At first glance, the troubled councils have little in common. Thurrock gambled disastrously on solar farms. Woking got into the hotel development business as part of an ill-fated town-center regeneration project. Croydon succumbed to what an independent investigator called “collective corporate blindness.” Slough’s accounts were such a mess that no one had a clear idea of what was happening — not least its auditors, who issued an unprecedented disclaimer. And failure to account properly for the equal pay claim did it for Birmingham.

There is a common thread, though. Central government funding for local councils has been cut drastically since 2010, when the government of Prime Minister David Cameron embarked on a program of austerity. Spending power funded by the UK government fell by more than half in real terms in the decade through 2020-2021, according to a National Audit Office analysis of UK government data. After factoring in increases in locally raised council tax in the second half of that period, local authorities’ overall spending power still dropped by more than a quarter.

This funding squeeze coincided with increasing demand for services such as adult social care and housing — the result of an aging society, population growth and rising numbers of homeless people (who local authorities have a legal duty to house). Councils have been operating “at the margins of viability,” says Kevin Muldoon-Smith, an associate professor at Northumbria University who studies local government finance.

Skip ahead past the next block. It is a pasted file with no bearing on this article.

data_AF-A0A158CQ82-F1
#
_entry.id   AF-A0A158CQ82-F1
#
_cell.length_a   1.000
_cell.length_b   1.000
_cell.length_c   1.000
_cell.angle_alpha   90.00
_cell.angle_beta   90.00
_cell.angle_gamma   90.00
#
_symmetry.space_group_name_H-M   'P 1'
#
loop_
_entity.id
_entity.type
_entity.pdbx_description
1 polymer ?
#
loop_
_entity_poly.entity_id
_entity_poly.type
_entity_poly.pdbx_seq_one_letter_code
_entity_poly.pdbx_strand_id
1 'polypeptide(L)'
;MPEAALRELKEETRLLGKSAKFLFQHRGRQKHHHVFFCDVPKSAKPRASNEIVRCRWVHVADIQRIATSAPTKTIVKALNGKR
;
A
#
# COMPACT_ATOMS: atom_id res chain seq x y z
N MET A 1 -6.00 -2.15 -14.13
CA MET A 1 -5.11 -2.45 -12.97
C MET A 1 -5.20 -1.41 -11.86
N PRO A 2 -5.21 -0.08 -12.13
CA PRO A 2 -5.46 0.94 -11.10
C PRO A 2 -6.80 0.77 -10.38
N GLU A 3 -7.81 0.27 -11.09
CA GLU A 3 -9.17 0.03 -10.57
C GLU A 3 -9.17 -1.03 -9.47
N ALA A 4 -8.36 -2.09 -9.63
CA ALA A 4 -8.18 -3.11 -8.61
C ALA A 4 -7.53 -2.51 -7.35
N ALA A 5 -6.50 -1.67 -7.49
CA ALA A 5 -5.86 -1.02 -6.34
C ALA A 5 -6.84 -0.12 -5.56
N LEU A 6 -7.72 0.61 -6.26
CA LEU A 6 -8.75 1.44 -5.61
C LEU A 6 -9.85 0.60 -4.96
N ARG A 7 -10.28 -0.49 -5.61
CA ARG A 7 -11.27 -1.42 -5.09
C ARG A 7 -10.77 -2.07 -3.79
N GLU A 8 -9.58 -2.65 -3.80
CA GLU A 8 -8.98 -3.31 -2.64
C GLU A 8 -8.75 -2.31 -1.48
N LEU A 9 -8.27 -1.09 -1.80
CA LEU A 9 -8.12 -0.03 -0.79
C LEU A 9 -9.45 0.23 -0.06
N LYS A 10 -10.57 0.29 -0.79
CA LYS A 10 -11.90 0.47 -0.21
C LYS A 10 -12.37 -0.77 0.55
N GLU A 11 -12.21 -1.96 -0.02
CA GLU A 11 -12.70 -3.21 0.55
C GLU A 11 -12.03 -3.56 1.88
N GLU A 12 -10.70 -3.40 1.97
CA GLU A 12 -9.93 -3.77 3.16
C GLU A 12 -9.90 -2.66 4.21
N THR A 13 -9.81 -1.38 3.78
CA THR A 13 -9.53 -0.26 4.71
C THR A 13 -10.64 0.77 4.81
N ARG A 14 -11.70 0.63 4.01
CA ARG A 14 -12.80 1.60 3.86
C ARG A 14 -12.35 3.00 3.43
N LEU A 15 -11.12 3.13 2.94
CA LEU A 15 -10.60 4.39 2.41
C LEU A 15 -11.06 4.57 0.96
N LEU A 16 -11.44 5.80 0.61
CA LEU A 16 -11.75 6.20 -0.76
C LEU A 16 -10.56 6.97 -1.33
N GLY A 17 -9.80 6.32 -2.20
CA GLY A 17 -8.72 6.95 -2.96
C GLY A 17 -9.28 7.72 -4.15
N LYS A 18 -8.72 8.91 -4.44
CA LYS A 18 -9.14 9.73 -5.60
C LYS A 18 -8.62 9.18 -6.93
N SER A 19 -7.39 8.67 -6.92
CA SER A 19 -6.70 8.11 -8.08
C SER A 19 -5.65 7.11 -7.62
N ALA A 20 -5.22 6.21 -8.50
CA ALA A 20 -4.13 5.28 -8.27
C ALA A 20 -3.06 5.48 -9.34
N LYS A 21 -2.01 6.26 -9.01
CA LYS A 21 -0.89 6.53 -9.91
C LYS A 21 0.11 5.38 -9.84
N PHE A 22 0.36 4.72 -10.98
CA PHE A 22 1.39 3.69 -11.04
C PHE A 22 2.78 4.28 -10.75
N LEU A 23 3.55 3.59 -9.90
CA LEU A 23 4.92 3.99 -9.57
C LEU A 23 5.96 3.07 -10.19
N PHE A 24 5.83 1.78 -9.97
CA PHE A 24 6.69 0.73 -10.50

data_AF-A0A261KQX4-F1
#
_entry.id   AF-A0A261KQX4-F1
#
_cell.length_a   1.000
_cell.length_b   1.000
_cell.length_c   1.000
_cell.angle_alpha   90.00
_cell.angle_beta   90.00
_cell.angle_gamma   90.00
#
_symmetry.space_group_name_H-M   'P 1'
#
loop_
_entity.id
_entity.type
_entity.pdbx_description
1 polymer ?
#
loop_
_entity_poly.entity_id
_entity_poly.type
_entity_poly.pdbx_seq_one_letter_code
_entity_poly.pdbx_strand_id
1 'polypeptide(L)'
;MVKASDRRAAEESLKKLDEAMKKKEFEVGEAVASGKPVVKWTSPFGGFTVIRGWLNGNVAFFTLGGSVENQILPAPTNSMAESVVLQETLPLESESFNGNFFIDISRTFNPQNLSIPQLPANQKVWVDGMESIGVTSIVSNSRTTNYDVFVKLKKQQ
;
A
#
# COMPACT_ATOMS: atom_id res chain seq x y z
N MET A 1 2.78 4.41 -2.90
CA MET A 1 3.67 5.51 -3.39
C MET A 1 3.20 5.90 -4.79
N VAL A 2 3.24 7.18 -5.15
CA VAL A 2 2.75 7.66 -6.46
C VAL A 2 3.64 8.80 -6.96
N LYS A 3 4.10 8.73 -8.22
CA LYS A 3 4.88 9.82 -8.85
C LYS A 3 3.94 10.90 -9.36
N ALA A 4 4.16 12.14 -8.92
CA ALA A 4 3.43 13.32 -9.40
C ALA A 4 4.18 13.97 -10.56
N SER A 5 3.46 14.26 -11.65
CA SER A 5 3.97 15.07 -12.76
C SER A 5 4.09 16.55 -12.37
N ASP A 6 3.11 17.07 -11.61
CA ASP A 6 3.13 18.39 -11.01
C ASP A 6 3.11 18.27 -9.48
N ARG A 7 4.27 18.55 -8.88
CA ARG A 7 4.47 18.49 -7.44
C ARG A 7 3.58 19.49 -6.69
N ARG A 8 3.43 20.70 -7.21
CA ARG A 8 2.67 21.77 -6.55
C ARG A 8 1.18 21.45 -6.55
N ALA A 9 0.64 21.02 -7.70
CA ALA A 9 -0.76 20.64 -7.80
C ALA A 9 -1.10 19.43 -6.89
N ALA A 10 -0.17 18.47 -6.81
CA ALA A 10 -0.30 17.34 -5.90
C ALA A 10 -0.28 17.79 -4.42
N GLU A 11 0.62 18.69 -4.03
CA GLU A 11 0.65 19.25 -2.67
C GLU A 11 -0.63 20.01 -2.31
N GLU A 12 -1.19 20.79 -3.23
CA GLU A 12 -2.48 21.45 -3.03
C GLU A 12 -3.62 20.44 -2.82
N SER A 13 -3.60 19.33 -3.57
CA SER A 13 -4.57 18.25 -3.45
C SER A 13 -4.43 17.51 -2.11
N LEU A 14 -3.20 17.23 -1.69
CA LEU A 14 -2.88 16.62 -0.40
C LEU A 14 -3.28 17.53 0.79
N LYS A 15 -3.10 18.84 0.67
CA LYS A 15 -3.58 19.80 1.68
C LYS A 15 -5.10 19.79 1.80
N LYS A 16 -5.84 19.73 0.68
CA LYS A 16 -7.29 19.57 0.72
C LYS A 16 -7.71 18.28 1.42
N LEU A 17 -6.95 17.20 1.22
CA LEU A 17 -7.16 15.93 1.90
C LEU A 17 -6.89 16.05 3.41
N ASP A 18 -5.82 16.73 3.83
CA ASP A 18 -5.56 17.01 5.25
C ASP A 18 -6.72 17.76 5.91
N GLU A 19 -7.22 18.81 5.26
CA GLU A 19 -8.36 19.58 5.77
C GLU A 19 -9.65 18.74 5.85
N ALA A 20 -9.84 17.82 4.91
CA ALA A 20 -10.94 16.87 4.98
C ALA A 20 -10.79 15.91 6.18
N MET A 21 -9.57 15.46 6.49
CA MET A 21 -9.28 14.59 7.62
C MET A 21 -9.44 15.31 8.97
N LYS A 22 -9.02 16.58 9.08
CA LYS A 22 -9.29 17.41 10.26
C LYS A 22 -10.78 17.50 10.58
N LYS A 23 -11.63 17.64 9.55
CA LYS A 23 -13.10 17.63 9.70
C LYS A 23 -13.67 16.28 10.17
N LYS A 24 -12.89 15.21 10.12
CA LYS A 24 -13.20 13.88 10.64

While cutting funding, the government also relaxed controls on borrowing. One way local authorities can raise extra revenue is to make capital investments that produce income. In an environment of ultra-low interest rates, borrowing to invest in commercial property that yielded positive returns must have looked to many like a tempting way to plug budget gaps. The government has taken steps since 2020 to tighten the rules, but the bill for much of this investment binge has yet to come due.

The Bank of England’s benchmark interest rate has soared to 5.25% from 0.1% in late 2021, and the outlook for commercial real estate has turned grim. Moody’s says more council failures may emerge if commercial property prices fall by the expected range of between 5% and 15%.